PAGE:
The Korean Cultural Center Washington, DC proudly presents Interface: A Cross-Genre Exploration, a new group exhibition opening October 5 featuring mixed media works by Korean artists Gene Kim, Seung Yun Shin, and Seungjo Jeong that parse our everyday digital media frontier where communication—between users and systems, objects and images, or memories and mechanics—is increasingly complex.
Showcasing about 20 diverse works that mix media genres and experiment with new forms, Kim, Shin, and Jeong attempt to break down the traditional artistic expression framework. Each confronts challenges of modern life, often stemming from overwhelming technological change: distinguishing between the real and its copies or an image and an actual object, translating one’s memories into digital formats, or simply recognizing the function of specialized devices and their components. These artists try to engage with viewers on these issues by reminding us of easy-to-overlook core principles that remain constant, such as environment, nature, and the individual. At the same time, the ingenuity and diversity of their work demonstrates the infinite possibilities of art and the artists’ passion for connecting art with viewers.
Admission to the opening reception event including talks by the artists on Friday, October 5 at 6:00 p.m. is free and open to the public, but registration is required below. Interface: A Cross-Genre Exploration will remain on view during regular hours through October 31, 2018.
About the Artists
Gene Kim considers the relationship between real objects and created images as a means of communication and in doing so blends various art genres such as sculpture, photography, and media into his work. His Export Series and Mediation discuss the chaos of computer-generated images, animation, and artistic production through digital languages that affect public consciousness, and crosses, simulates, and tests various media. For human visitors, the creation of a virtual world by technology throws into doubt whether this simulated environment is an improvement that enables cultural advancement or an obstacle to the environment.
Gene Kim received his BFA in Fine art from Carnegie Mellon University, MFA in Fine Art from Parsons School of Design, and Master of Architecture from the University of Pennsylvania. He has participated in numerous exhibitions including at the Institute of Contemporary Art Philadelphia, Lower Gallery, CVZ Contemporary and other exhibitions in New York and Philadelphia.
Seung Yun Shin works on integrating her art pieces with various media, especially technology. Her work treats the compatibility of nature and technology as a big concept, expressing scenes that exist in individual memories using imagination and by following the way of free associations based on memories. Her Experimental Translation, presented in this exhibition, expresses movement by connecting mechanical devices to the image of one’s memory from certain moments as obtained through the practice of free association. It displays the difference between the sense of visibility of humankind and the senses it reveals.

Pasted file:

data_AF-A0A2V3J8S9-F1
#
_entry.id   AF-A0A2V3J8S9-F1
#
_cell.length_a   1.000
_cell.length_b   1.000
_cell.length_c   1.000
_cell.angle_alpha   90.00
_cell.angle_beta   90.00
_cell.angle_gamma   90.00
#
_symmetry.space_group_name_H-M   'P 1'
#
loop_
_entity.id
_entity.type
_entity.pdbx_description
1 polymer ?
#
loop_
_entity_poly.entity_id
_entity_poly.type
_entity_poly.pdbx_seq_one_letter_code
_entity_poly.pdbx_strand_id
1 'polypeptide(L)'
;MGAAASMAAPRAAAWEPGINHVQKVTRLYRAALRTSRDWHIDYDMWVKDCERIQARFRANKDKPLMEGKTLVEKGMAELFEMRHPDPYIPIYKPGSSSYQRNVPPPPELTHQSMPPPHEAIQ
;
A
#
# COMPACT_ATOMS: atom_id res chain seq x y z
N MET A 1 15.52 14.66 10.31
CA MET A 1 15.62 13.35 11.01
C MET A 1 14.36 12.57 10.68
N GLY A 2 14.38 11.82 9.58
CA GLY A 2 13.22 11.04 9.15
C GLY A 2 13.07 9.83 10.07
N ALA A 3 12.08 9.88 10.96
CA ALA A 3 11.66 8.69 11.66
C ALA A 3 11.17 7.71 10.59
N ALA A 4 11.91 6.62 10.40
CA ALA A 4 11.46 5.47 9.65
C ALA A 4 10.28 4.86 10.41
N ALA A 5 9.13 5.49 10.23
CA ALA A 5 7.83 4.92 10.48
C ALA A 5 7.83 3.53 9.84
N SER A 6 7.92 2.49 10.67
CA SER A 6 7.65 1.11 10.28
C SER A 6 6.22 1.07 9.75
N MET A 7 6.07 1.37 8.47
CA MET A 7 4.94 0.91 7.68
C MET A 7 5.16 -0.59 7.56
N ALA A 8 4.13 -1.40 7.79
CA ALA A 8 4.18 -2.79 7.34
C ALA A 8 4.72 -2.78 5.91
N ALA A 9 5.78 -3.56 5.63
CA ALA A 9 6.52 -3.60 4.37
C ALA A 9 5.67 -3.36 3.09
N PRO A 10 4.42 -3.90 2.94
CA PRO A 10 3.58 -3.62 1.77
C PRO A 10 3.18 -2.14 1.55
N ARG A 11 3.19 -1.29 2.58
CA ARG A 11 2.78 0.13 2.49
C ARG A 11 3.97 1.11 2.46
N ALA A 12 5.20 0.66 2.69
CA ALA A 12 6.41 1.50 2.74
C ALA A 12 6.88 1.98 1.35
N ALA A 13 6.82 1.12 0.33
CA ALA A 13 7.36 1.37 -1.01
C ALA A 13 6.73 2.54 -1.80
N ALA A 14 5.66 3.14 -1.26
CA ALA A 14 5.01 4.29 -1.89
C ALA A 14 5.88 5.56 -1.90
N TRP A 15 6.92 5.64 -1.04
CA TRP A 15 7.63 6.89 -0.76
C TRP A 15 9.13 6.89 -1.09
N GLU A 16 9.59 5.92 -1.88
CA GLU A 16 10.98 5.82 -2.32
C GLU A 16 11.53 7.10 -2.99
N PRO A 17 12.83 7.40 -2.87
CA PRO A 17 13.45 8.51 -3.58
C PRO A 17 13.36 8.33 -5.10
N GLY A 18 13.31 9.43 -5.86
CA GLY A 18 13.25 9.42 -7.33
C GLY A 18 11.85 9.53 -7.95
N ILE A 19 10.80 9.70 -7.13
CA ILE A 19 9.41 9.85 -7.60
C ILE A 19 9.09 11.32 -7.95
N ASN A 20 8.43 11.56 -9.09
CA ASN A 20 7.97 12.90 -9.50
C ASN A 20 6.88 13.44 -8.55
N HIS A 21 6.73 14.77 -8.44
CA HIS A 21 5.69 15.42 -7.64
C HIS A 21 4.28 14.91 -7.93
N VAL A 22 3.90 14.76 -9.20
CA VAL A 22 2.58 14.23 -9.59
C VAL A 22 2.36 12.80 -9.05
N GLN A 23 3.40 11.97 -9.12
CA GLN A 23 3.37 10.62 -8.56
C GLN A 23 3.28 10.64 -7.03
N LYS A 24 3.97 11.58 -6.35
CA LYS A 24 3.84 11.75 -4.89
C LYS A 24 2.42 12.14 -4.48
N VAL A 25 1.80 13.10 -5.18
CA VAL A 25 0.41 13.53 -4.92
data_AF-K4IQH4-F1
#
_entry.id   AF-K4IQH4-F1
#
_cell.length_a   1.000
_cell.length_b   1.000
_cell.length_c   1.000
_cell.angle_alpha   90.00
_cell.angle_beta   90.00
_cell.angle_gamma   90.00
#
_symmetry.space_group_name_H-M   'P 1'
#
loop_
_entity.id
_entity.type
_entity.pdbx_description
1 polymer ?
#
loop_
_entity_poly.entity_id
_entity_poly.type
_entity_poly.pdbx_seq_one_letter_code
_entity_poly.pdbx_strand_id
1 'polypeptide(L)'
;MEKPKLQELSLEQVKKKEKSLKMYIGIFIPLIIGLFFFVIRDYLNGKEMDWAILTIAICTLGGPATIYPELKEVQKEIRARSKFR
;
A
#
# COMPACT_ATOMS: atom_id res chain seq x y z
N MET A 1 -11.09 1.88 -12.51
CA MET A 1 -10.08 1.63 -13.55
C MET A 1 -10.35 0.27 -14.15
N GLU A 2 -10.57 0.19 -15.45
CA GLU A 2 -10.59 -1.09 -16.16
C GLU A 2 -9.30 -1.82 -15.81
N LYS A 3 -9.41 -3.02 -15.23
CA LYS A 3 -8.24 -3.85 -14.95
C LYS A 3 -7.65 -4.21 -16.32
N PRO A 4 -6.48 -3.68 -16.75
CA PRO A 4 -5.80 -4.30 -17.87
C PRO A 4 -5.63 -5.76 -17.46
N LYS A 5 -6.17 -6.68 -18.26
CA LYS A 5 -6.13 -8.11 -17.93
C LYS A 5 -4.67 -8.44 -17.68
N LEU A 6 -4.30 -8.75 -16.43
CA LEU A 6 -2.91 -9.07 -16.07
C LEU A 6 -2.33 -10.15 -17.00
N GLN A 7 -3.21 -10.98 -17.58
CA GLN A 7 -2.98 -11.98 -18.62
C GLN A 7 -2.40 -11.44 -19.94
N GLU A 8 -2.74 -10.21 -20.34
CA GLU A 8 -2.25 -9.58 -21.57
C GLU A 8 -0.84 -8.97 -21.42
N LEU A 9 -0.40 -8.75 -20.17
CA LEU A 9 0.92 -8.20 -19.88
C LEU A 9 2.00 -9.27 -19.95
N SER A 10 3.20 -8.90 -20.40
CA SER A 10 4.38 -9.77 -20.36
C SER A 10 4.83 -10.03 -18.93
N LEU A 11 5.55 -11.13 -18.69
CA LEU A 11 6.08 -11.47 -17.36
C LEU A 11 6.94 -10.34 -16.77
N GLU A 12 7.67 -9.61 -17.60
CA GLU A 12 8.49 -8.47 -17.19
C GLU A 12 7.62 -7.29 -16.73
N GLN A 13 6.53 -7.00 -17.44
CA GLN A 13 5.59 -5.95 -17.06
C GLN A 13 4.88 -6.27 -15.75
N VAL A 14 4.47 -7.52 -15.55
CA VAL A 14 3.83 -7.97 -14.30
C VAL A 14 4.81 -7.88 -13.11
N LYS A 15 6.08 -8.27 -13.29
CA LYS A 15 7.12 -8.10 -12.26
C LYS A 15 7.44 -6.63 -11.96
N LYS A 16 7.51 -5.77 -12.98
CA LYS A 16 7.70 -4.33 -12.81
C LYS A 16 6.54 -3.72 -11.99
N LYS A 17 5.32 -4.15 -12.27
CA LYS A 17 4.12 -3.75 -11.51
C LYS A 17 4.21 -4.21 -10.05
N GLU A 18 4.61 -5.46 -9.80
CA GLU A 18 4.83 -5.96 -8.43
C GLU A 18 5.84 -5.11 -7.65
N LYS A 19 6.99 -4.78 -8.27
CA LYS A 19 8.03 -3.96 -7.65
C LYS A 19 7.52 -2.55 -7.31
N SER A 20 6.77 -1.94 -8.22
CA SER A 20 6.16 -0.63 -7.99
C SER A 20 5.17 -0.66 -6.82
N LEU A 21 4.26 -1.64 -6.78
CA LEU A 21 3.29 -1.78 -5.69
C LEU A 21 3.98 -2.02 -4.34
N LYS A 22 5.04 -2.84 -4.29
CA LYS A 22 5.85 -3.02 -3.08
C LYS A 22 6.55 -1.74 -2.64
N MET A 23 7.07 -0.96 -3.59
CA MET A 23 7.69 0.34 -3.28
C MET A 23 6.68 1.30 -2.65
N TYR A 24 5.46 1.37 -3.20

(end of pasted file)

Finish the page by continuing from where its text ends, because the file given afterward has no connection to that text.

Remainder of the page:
Seung Yun Shin, received her BFA and MFA in Sculpture from Hong Ik University in Korea and her MFA in Art & Technology Studies from the School of the Art Institute of Chicago in the U.S. She has participated in numerous exhibitions in the United States and Korea, including at the Hangaram Art Museum, SeMA Nanji Residency Gallery, and the Noyes Art Cultural Center. She has also been selected for the Seoul Foundation for Art and Culture and as the Seoul Museum of Art’s Young Artist.
Seungjo Jeong is a practicing artist with a background in software engineering. He combines the two worlds by designing paintings as interface where both the intuitiveness of graphical user interface and the poetry of artwork come together. He looks at mundane objects that we encounter every day yet often fail to recognize their unique presences and functions. Jeong distills the essence of an object into a representation that also happens to look like a post-painterly abstract painting. He is interested in the spatial relationship between objects, components of an object, and an object and its users. For example, his locker paintings explore how a locker creates private space within public space as both an individual entity and a collective cluster. Eventually, Jeong hopes his paintings will function as meta-layers to jog the viewers’ own memories of the subject matter by evoking the circumstances of their individual interactions with the object.
Seungjo Jeong received his BFA from the School of the Art Institute of Chicago in the US and MA in Painting from the Royal College of Art in the UK. He has participated in numerous exhibitions including at Bloomberg New Contemporaries at the Institute of Contemporary Arts in London, Athens Digital Arts Festival at Historic Center of Athens, and John Moores Painting Prize at Walker Art Gallery as part of Liverpool Biennial.
Korean Cultural Center is located at 2370 Massachusetts Ave. NW.